In 1908 “A Dictionary of Thoughts: Being a Cyclopedia of Laconic Quotations” was published by Tryon Edwards who included a version of the quotation under examination. The phrasing was altered, the passage was condensed, and the words were reassigned to the famous transcendentalist Ralph Waldo Emerson: 6
Never lose an opportunity of seeing anything that is beautiful; for beauty is God’s handwriting—a wayside sacrament.—Welcome it in every fair face, in every fair sky, in every fair flower, and thank God for it as a cup of blessing.—Emerson.
In 1944 the compilation “What Is Truth” by Henry Powell Spring printed an instance in uppercase. The phrasing was comparable to that given in the 1908 citation, and the words were ascribed to Emerson: 7
NEVER LOSE AN OPPORTUNITY OF SEEING ANYTHING THAT IS BEAUTIFUL; FOR BEAUTY IS GOD’S HANDWRITING-A WAYSIDE SACRAMENT. WELCOME IT IN EVERY FAIR FACE, IN EVERY FAIR SKY, IN EVERY FAIR FLOWER, AND THANK GOD FOR IT AS A CUP OF BLESSING. —EMERSON.
In 1955 the “Speaker’s Encyclopedia of Stories, Quotations, and Anecdotes” by Jacob M. Braude ascribed the saying to Kingsley: 8
Never lose an opportunity of seeing anything beautiful. Beauty is God’s handwriting.
In conclusion, this quotation should be credited to Charles Kingsley, and the accurate version was given in the 1848 publication. Later attributions to Ralph Waldo Emerson and John Ruskin have no substantive support and were mistaken.
Image Notes: Drawing of Charles Kingsley from Project Gutenberg via Wikimedia Commons. Picture of Mount Hood in Oregon from tpsdave at Pixabay. Handwriting/calligraphy image from ShirleyO at Pixabay.
(Great thanks to Z who requested information about this saying.)
- 1848 May 6, Politics for the People, Number 1, “The National Gallery.—No. I.” by Parson Lot (Charles Kingsley), Start Page 5, Quote Page 5, Published by John W. Parker, West Strand, London. (Google Books Full View) link ↩
- 1873, Selections from Some of the Writings of the Rev. C. Kingsley, M.A. by Charles Kingsley, Section: Miscellaneous, Article: The National Gallery: Politics for the People, Start Page 361, Quote Page 362, Strahan and Company, Ludgate Hill, London. (Google Books Full View) link ↩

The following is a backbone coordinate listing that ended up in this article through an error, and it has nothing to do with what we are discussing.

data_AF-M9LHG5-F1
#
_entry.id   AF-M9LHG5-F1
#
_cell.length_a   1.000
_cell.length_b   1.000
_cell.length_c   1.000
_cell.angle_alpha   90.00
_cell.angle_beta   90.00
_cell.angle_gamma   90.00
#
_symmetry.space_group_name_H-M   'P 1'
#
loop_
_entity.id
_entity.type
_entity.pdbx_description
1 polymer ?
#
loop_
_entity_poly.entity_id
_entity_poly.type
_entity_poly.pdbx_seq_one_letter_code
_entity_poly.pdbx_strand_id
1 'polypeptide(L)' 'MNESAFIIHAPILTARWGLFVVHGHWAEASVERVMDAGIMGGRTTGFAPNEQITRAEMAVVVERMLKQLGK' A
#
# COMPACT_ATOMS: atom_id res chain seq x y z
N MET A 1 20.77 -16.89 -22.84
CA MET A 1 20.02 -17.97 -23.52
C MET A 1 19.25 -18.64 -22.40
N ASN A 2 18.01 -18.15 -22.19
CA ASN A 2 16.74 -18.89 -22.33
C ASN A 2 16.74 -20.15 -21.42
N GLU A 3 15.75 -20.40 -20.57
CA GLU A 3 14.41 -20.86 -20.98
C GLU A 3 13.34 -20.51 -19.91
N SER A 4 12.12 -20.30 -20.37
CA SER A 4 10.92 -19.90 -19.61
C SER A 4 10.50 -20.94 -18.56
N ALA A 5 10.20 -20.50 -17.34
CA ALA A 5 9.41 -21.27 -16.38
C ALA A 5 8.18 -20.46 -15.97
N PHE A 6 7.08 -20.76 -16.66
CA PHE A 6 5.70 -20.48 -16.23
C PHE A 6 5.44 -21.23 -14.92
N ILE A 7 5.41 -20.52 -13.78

- 1895 May 18, The Outlook: A Family Paper, Volume 51, Number 20, The American Defect: A Nature Sermon By Theodore F. Seward, Start Page 819, Quote Page 820, The Outlook Company, New York. (Google Books Full View) link ↩
- 1904 June, New York Teachers’ Monographs, How to Teach Children of the East-side to Love Nature: With Special Reference to the Lower Grammar Grades by Martha B. Bayles (P.S. 15 Manhattan), Start Page 65, Quote Page 69, New York Teachers’ Monographs Company, New York. (Google Books Full View) link ↩
- July 1905, School Work, Volume 4, Number 2, Mottoes and Proverbs Selected from Standard Sources of Literature and Arranged According to Grades (article continued from Vol. 4, No. 1 of School Work), Created by the teachers of P.S. 4 in Manhattan, Grade 6A, Start Page 196, Quote Page 200, Column 1, Published Quarterly by the Editor of School Work, New York. (Google Books Full View) link ↩
- 1908, A Dictionary of Thoughts: Being a Cyclopedia of Laconic Quotations from the Best Authors of the World, Both Ancient and Modern by Tryon Edwards, Section: Beauty, Quote Page 37, column 1, Published by F. B. Dickerson Company, Detroit, Michigan. (Google Books Full View) link ↩
- 1944, “What Is Truth” by (Henry) Powell Spring, Quote Page 367, The Orange Press, Winter Park, Florida. (Verified on paper) ↩
- 1955, Speaker’s Encyclopedia of Stories, Quotations, and Anecdotes by Jacob M. Braude, Section: beauty, Quote Page 37, Prentice-Hall, Englewood Cliffs, New Jersey. (Verified on paper in third Printing of May 1956) ↩